Defying fears of Omicron and Storm Arwen, for those of a certain age the closing night of the Wedding Present’s Seamonsters 30 year anniversary tour was always going to be worth the risk to life and limb.
It was a line-up of three generations, progressing getting older as the night went on. While the punters were still filing into the venue, bright young things singer-songwriter Yvonne MK and guitarist/vocalist Precious took the stage. Self-deprecating and endearing, their set consisted mainly of a varied range of covers but Yvonne’s thoughtful self-penned number held its own, demonstrating more maturity and self-awareness than the current chart topper by Adele. Precious’s sweet, clear voice complemented Yvonne’s rich vocal tones.
They were followed by Such Small Hands, the side project of Wedding Present bassist, Melanie Howard. Taking the stage alone, sporting a borrowed guitar, and accompanied by a backing track, she played a selection of songs from her album, Carousel.
Seamonsters was never The Wedding Present’s most immediate album. While, even in the early days, The Wedding Present guitar and drums was always heavier than many of their peers, Seamonsters saw them go full-on Sonic Youth style, with the fast-paced jangly twangs replaced by a slower, more mature yet relentless wall of sound. Twenty-something fidgety angst became thirty-something misanthropic bleakness. American punk Steve Albini as sound engineer was a brave choice for a band who had traded on their Northern down to earth origins, with conversational lyrics like ‘I’m not being funny with you’. Yet in hindsight, it makes sense. Albini, formerly of Big Black and Rapeman, two bands not known for their reticence, brought to the fore the demons within David Gedge and company.
Lyrically, it continued Gedge’s trademark themes of domestic drama, betrayal, regret and heartbreak, but amplified the darkness, shifting from unrequited lovelorn young man to disturbed self-loathing obsessive. Thirty years on, this is now the stuff that court orders are made of. Thankfully, Gedge never descended to the ranks of jilted mass murderer, although his stage outfit of a black boiler suit made one question what weaponry was concealed within it, or maybe it was just hiding the consequences of one fancy IPA too many.
His previous jet black mop of hair now unapologetically grey, Gedge now fronts a very different Wedding Present. The other original members have all moved on to other lives, leaving Gedge to find new playmates. Jon Stewart of Sleeper fame, is now on guitar, with the aforementioned Melanie Howard on bass guitar and Nick Wellauer on drums.
Seamonsters was played in full, with no between-songs banter or introductions, allowing for the intensity of the tracks to take effect. Opener Dalliance was tenderly moody, as Gedge mewled, ‘I still want to kiss you’. Dare, perhaps the indie version of Baby, It’s Cold Outside, showcased his talent for dialogue and three minute story telling. Suck was delicious filth – discordant and perverted. Bass driven Blonde built from self-pitying melancholia to chaotic frustration and back down again, while Rotterdam jangled, chimed and sparkled like the Wedding Present of old. Lovenest and Corduroy were as frenzied as ever, with Gedge wielding his axe like a deranged murderer. The bouncy groove of Carolyn got the crowd moving, then the thrashfest that is Heather ratcheted it up, before the warm intimate stickiness of Octopussy coursed through our veins like a booster jab.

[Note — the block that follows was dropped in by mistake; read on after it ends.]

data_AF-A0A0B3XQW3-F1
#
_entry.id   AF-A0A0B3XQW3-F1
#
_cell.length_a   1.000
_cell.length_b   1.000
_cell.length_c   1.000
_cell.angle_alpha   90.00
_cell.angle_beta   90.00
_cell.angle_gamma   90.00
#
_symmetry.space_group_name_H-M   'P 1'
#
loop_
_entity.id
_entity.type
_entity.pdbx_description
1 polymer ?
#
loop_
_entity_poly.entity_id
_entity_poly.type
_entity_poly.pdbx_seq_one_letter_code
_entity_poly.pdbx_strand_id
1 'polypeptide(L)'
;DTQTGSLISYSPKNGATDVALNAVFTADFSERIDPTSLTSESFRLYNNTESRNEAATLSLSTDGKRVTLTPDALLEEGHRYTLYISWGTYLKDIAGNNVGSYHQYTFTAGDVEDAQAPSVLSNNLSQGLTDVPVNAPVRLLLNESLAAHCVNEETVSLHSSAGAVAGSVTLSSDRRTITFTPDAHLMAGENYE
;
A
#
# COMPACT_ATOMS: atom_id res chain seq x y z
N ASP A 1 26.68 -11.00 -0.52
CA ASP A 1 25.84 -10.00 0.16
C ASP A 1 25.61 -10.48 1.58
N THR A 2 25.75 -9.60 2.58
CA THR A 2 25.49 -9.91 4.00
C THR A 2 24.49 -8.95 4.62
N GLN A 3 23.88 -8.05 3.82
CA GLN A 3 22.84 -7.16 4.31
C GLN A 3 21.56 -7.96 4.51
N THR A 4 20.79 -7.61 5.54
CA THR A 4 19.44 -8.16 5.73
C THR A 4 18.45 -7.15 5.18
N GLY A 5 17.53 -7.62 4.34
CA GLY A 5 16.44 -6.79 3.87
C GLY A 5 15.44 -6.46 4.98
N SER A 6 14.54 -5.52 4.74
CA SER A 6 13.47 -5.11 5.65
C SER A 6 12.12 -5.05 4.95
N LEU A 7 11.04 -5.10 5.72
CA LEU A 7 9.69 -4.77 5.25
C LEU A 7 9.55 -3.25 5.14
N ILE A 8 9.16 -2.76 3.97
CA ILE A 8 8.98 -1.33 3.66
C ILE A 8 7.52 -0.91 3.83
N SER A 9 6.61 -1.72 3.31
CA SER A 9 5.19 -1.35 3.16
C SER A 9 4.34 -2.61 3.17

The album done and dusted, Gedge broke the spell and said his pleasantries to the audience before launching into Bizarro’s Brassneck, a powerful blast of embittered guitar pop that had spawned an uncomfortable Top of The Pops experience. He implored, ‘Just don’t forget you ever knew me’, but there was no such danger, as even the newer songs, We Interrupt Our Programme and Each Time You Open Your Eyes had a favourable, although more muted reaction. They were interspersed with Blue Eyes, the first of the twelve Hit Parade singles of 1992, a single a month feat that they plan to repeat in 2022.
All very nice so far, but the party really got going with A Million Miles and Anyone Can Make a Mistake from 1987’s seminal George Best album. Watery beer went flying as crowd surfers were flung over the barriers and security looked rattled. Everyone settled down as bassist Melanie sang a gentle rendition of Sports Car. Following Deer Caught in the Headlights, the mosh pit sprang back into life with singalong crowd pleaser, Kennedy, a perfect slice of indie goodness. The evening ended with a stalker double header of Bewitched and Crawl.
As we were reminded before the final song, The Wedding Present don’t do encores but after a ninety-minute set, there was little cause for complaint. The only slight issue was that the interspersion of faster hits and more gentile lesser known songs meant that the momentum was a bit stop-start. A few more 1980s numbers near the end would have been a perfect finale (you just know that the crowd would have gone crazy for My Favourite Dress or You Should Always Keep in Touch with Your Friends or Everyone Thinks He Looks Daft) but after enjoying a post-lockdown gig like this, you can’t moan, can you?
THE WEDDING PRESENT PLAYED KENTISH TOWN FORUM, LONDON – 27/11/2021
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